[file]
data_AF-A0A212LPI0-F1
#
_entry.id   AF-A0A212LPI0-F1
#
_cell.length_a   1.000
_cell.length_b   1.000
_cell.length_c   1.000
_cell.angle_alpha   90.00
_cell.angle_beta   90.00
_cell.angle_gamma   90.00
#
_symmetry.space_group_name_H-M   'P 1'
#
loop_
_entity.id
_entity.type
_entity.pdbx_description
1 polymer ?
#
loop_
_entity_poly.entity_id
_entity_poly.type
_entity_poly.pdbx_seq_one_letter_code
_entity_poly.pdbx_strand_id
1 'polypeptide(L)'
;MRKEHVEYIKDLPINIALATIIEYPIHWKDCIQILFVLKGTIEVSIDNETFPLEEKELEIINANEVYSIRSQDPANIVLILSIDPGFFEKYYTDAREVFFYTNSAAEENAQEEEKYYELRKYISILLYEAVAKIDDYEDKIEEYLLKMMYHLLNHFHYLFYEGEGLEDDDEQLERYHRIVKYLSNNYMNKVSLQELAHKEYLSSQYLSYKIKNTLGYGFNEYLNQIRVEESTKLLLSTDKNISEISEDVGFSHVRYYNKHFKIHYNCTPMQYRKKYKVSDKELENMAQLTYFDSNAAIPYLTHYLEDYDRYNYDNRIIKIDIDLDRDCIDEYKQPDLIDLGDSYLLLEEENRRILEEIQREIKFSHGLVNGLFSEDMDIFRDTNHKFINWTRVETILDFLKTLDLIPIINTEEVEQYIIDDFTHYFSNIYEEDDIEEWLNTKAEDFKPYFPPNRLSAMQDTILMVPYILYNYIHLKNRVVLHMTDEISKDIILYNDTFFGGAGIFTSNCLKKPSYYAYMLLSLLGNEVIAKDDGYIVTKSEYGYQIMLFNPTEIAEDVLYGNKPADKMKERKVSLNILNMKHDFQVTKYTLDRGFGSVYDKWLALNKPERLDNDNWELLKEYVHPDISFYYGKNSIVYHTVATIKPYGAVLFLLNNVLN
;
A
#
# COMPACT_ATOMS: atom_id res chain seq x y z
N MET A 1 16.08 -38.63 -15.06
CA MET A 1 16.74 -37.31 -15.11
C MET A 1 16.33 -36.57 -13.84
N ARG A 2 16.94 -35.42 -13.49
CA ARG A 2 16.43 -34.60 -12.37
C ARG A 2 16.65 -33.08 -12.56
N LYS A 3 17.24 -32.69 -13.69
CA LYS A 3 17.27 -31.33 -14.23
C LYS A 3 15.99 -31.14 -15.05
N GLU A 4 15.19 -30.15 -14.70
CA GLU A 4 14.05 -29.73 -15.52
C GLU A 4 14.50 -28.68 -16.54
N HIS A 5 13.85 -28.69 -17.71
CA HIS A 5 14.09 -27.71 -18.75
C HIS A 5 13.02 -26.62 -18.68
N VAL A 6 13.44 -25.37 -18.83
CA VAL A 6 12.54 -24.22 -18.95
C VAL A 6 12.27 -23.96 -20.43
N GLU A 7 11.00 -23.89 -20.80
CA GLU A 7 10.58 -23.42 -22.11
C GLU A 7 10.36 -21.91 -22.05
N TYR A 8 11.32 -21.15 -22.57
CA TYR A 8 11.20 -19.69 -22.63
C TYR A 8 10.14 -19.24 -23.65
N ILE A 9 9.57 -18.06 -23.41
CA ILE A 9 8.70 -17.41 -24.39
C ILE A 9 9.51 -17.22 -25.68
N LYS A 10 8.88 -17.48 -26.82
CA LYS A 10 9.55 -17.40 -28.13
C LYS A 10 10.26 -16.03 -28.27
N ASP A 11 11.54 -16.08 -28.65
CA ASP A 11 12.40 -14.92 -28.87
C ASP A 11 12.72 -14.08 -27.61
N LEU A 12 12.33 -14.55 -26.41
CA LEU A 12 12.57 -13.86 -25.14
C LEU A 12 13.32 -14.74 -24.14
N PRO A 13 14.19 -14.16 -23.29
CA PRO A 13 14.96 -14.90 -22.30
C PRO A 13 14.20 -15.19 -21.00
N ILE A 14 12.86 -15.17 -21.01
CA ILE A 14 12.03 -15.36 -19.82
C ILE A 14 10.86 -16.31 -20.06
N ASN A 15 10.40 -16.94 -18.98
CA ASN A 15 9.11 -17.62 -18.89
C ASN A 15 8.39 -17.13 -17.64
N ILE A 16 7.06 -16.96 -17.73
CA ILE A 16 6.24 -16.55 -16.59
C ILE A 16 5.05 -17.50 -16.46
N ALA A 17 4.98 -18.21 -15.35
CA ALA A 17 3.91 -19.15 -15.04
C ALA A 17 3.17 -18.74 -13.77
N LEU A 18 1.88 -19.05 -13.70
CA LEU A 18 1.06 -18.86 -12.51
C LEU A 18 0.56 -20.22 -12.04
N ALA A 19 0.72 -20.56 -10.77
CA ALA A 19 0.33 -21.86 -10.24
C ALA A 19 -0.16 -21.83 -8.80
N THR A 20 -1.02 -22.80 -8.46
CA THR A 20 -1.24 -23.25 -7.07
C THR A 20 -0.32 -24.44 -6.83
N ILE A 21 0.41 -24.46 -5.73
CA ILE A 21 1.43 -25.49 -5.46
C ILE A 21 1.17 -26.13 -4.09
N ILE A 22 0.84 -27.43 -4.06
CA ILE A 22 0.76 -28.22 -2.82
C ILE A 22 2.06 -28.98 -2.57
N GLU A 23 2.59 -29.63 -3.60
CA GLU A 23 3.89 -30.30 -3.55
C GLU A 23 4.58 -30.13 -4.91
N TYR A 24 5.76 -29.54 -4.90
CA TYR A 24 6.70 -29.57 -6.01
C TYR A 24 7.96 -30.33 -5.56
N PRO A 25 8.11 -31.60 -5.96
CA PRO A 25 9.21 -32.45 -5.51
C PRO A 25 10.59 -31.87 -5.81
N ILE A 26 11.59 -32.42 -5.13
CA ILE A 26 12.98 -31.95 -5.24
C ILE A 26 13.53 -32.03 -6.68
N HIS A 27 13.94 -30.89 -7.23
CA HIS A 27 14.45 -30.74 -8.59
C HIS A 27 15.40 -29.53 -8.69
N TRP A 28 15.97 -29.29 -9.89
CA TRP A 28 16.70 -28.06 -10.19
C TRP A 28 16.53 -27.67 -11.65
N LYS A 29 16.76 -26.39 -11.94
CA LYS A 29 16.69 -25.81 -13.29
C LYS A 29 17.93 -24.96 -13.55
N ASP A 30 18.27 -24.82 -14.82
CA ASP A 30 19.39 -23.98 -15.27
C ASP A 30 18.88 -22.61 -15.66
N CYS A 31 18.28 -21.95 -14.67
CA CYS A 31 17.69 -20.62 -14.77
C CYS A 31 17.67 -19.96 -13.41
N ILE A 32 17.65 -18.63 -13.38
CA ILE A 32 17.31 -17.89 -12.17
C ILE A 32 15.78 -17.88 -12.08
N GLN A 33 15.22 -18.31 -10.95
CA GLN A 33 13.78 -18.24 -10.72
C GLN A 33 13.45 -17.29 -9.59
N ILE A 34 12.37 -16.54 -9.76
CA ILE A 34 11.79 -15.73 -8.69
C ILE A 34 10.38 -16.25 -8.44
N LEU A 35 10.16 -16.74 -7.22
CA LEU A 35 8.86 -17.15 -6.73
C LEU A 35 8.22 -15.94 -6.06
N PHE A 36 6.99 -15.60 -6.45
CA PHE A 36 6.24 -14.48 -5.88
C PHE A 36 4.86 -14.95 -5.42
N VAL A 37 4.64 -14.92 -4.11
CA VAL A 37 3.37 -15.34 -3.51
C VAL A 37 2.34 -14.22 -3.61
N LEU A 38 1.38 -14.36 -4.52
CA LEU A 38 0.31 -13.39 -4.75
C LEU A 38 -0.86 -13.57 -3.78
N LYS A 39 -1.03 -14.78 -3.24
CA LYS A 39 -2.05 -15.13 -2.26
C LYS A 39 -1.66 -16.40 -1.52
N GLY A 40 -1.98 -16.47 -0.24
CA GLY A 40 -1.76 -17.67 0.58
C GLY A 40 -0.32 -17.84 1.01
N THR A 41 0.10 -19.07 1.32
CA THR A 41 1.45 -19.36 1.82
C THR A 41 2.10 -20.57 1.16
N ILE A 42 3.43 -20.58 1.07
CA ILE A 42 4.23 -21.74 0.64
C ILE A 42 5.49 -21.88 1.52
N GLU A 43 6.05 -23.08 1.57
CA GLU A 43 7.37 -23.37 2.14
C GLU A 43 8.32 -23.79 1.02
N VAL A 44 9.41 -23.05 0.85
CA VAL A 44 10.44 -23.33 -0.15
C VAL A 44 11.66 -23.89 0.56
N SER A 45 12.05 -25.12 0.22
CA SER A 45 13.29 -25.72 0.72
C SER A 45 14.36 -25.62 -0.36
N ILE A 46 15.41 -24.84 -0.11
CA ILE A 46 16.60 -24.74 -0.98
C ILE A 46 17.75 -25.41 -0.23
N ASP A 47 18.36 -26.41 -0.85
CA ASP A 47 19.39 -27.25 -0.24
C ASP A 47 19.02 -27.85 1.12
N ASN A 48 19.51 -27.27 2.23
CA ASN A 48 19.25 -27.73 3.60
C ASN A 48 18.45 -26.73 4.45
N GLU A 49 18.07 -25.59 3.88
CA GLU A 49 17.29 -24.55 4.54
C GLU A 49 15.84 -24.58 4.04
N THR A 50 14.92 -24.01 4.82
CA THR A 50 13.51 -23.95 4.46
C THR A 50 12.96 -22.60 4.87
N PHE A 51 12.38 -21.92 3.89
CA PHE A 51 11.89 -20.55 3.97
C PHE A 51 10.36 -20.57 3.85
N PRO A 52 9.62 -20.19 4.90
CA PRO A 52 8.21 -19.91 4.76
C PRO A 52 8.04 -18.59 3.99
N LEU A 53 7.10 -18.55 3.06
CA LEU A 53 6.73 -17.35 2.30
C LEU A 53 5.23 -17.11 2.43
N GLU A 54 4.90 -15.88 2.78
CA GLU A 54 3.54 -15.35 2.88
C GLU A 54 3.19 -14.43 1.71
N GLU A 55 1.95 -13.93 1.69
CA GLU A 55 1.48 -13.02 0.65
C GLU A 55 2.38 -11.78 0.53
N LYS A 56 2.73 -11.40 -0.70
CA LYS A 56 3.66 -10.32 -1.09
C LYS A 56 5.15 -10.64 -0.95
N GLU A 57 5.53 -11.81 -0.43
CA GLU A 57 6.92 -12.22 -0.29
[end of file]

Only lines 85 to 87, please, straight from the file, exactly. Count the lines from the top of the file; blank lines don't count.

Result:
N ALA A 19 0.72 -20.56 -10.77
CA ALA A 19 0.33 -21.86 -10.24
C ALA A 19 -0.16 -21.83 -8.80